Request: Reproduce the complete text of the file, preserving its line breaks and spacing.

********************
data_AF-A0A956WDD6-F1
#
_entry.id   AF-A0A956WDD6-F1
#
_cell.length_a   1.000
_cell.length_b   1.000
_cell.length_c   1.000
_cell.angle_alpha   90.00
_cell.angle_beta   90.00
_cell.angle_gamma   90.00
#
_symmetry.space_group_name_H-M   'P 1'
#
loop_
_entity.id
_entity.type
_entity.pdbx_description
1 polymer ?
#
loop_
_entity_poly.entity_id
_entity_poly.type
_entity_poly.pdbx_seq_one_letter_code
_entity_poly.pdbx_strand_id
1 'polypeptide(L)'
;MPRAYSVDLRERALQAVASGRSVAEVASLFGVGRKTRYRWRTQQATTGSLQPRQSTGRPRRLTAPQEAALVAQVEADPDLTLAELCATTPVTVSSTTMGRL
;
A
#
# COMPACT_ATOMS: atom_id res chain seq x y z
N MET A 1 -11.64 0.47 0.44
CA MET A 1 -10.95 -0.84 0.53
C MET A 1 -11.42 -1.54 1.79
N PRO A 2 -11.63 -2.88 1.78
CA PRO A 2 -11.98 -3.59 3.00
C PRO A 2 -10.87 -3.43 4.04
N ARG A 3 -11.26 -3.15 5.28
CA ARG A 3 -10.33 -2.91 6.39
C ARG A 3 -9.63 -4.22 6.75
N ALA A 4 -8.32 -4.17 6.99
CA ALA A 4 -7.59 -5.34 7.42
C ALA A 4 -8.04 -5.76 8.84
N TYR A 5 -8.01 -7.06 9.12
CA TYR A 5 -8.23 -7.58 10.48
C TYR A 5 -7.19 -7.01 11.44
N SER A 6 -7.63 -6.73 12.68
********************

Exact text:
data_AF-A0A956WDD6-F1
#
_entry.id   AF-A0A956WDD6-F1
#
_cell.length_a   1.000
_cell.length_b   1.000
_cell.length_c   1.000
_cell.angle_alpha   90.00
_cell.angle_beta   90.00
_cell.angle_gamma   90.00
#
_symmetry.space_group_name_H-M   'P 1'
#
loop_
_entity.id
_entity.type
_entity.pdbx_description
1 polymer ?
#
loop_
_entity_poly.entity_id
_entity_poly.type
_entity_poly.pdbx_seq_one_letter_code
_entity_poly.pdbx_strand_id
1 'polypeptide(L)'
;MPRAYSVDLRERALQAVASGRSVAEVASLFGVGRKTRYRWRTQQATTGSLQPRQSTGRPRRLTAPQEAALVAQVEADPDLTLAELCATTPVTVSSTTMGRL
;
A
#
# COMPACT_ATOMS: atom_id res chain seq x y z
N MET A 1 -11.64 0.47 0.44
CA MET A 1 -10.95 -0.84 0.53
C MET A 1 -11.42 -1.54 1.79
N PRO A 2 -11.63 -2.88 1.78
CA PRO A 2 -11.98 -3.59 3.00
C PRO A 2 -10.87 -3.43 4.04
N ARG A 3 -11.26 -3.15 5.28
CA ARG A 3 -10.33 -2.91 6.39
C ARG A 3 -9.63 -4.22 6.75
N ALA A 4 -8.32 -4.17 6.99
CA ALA A 4 -7.59 -5.34 7.42
C ALA A 4 -8.04 -5.76 8.84
N TYR A 5 -8.01 -7.06 9.12
CA TYR A 5 -8.23 -7.58 10.48
C TYR A 5 -7.19 -7.01 11.44
N SER A 6 -7.63 -6.73 12.68